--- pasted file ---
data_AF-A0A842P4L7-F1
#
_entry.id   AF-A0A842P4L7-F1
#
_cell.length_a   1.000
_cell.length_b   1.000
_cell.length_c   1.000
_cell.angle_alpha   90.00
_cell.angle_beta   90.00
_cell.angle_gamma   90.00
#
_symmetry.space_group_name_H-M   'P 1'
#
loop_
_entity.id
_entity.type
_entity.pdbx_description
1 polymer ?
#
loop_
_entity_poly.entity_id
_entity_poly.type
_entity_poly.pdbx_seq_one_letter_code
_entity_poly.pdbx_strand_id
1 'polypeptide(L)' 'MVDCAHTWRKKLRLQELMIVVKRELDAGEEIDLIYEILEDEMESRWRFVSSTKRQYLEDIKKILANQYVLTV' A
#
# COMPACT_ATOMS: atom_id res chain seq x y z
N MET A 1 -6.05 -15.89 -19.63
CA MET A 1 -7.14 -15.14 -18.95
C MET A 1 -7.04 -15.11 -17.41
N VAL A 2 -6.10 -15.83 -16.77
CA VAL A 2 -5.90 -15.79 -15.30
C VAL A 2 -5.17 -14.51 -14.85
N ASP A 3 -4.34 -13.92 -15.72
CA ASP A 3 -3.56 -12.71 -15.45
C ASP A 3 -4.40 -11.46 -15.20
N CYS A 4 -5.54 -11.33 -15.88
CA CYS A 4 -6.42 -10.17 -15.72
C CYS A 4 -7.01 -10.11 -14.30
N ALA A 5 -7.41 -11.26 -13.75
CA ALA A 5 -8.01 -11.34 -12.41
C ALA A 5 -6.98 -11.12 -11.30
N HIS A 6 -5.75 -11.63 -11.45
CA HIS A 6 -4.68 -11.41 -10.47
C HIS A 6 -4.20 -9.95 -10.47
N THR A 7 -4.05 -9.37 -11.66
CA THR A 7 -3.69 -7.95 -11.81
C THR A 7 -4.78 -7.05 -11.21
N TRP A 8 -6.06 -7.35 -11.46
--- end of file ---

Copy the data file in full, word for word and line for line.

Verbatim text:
data_AF-A0A842P4L7-F1
#
_entry.id   AF-A0A842P4L7-F1
#
_cell.length_a   1.000
_cell.length_b   1.000
_cell.length_c   1.000
_cell.angle_alpha   90.00
_cell.angle_beta   90.00
_cell.angle_gamma   90.00
#
_symmetry.space_group_name_H-M   'P 1'
#
loop_
_entity.id
_entity.type
_entity.pdbx_description
1 polymer ?
#
loop_
_entity_poly.entity_id
_entity_poly.type
_entity_poly.pdbx_seq_one_letter_code
_entity_poly.pdbx_strand_id
1 'polypeptide(L)' 'MVDCAHTWRKKLRLQELMIVVKRELDAGEEIDLIYEILEDEMESRWRFVSSTKRQYLEDIKKILANQYVLTV' A
#
# COMPACT_ATOMS: atom_id res chain seq x y z
N MET A 1 -6.05 -15.89 -19.63
CA MET A 1 -7.14 -15.14 -18.95
C MET A 1 -7.04 -15.11 -17.41
N VAL A 2 -6.10 -15.83 -16.77
CA VAL A 2 -5.90 -15.79 -15.30
C VAL A 2 -5.17 -14.51 -14.85
N ASP A 3 -4.34 -13.92 -15.72
CA ASP A 3 -3.56 -12.71 -15.45
C ASP A 3 -4.40 -11.46 -15.20
N CYS A 4 -5.54 -11.33 -15.88
CA CYS A 4 -6.42 -10.17 -15.72
C CYS A 4 -7.01 -10.11 -14.30
N ALA A 5 -7.41 -11.26 -13.75
CA ALA A 5 -8.01 -11.34 -12.41
C ALA A 5 -6.98 -11.12 -11.30
N HIS A 6 -5.75 -11.63 -11.45
CA HIS A 6 -4.68 -11.41 -10.47
C HIS A 6 -4.20 -9.95 -10.47
N THR A 7 -4.05 -9.37 -11.66
CA THR A 7 -3.69 -7.95 -11.81
C THR A 7 -4.78 -7.05 -11.21
N TRP A 8 -6.06 -7.35 -11.46